Getting it right
As a chef, David McMillan enjoys a good meal and a glass of fine wine but his real love is modern art. Despite the demands of his job, McMillan finds time to go to his studio in St Henri and work on a startling series of encaustic paintings.
David McMillan looks like a chef. It helps that he is talking loudly about food outside his 1 1/2-year-old restaurant, Rosalie, on rue de la Montagne in downtown Montreal, wearing an apron thrown over a blue and white checked shirt, a pair of khaki pants, and a respectable chef’s belly. "I wouldn’t eat farmed salmon," he states into a cell phone as he paces up and down a few feet from Rosalie’s terrace, oblivious to the business crowd enjoying their lunch. "I wouldn’t even feed it to my cat." This is because, for McMillan, it’s all about quality. Whether he is talking about food, wine, or oil paintings, the 33-year-old chef and painter believes that you have to start with the right ingredients.
Although he studied creative arts in college (he maintains there was nothing creative about it), McMillan’s first artistic outlet was cooking. Initially an easy escape from the family home, shared with his parents and an autistic brother, the kitchen quickly became more than a sanctuary. "If you work for a chef and you’re good in the kitchen, you know, you get to do internships in France," he says casually. And McMillan is obviously good in the kitchen. As a chef, he gets a lot of positive media attention—more, he claims, than he would like. (According to McMillan, he has recently been written up in the Robb Report, the National Post, the Gazette, and the Journal de Montreal.) "I’m upset that chefs are so in vogue," he explains. "Ultimately I’m a blue-collar worker who has knowledge of food. What I do and what other chefs do will never be more important than what my doctor, my dentist, or people who raise money for charities do. There are so many more noble professions."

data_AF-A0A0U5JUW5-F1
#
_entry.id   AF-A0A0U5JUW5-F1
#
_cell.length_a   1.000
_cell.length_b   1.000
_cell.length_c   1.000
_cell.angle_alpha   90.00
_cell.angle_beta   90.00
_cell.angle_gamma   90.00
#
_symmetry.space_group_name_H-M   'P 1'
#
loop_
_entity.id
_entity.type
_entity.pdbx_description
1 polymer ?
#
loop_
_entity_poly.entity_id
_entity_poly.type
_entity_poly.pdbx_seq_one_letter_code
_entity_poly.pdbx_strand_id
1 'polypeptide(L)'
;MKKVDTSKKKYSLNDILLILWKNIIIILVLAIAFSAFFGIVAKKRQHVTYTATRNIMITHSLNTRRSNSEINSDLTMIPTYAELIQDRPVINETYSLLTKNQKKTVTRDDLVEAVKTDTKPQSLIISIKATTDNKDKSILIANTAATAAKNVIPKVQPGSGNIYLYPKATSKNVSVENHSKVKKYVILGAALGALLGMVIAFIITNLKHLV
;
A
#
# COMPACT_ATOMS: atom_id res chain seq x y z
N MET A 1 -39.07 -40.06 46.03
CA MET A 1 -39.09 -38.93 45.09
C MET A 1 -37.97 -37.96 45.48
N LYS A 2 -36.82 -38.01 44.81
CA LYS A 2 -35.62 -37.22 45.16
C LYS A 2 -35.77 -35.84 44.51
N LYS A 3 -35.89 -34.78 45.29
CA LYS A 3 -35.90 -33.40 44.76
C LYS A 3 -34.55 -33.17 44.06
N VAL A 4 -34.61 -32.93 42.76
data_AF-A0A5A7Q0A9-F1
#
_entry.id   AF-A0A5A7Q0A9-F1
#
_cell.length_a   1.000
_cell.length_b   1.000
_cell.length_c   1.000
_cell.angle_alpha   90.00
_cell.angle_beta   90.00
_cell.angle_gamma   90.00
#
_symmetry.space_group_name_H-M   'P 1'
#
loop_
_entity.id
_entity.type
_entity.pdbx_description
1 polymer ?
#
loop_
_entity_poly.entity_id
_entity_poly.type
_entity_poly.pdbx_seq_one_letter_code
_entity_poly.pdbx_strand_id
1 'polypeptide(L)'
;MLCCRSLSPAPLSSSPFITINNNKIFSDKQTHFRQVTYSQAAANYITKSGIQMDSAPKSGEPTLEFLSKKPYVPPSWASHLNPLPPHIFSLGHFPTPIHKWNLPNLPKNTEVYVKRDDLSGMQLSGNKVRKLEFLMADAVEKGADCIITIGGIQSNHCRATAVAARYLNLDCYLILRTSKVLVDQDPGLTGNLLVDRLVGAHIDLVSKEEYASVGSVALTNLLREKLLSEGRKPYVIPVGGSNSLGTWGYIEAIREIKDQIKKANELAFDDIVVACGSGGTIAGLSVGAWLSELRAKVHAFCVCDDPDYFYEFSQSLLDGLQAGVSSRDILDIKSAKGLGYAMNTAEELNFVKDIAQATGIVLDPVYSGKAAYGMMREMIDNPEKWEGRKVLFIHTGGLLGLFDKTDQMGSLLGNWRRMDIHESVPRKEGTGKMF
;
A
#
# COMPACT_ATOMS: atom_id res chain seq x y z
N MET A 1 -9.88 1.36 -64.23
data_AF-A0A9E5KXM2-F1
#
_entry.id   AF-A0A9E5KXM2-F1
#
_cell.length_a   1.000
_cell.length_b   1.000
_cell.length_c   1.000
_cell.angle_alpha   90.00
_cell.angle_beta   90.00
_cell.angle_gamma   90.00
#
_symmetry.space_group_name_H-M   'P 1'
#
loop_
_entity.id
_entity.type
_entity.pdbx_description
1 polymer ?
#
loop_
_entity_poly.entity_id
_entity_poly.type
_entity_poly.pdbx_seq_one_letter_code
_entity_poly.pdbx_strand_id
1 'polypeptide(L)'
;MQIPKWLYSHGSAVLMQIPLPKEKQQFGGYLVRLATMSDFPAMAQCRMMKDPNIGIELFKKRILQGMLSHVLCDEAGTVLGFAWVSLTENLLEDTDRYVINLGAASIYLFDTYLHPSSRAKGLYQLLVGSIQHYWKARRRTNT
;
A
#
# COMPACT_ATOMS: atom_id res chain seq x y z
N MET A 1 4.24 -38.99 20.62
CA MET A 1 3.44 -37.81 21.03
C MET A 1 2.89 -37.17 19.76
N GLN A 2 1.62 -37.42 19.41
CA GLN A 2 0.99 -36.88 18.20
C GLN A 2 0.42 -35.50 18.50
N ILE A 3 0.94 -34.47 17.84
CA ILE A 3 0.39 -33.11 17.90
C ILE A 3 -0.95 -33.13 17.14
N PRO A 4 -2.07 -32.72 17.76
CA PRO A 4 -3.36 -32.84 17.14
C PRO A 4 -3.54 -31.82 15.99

Starting from scratch
So what prompted the chef to pick up a paint brush? Bored with reading about food and wine, he no longer feels daunted by any undertaking in the kitchen, McMillan walked into a magazine store one day and came out with a copy of Modern Art and Art Forum. "All of a sudden, here was a subject that I couldn’t speak about," he says. "And I don’t like not being able to talk about a subject." By the time he actually started painting—he has been cooking for 10 years and painting seriously for 8 or 9—McMillan had what he calls "a pretty solid knowledge of modern painting." Unsurprisingly, it was the "recipe books" of painting that really fascinated, and still fascinate, McMillan, who put himself to the task to learn as much as he could about the artist’s tools of trade, a long and sometimes arduous task. "Before you take up a brush and call yourself a painter," he explains, "it’s very important to know what to do with the turpentine, the beeswax, the linseed oil, which oil paint is good, the difference between titanium white and zinc white, and what paint does what when…"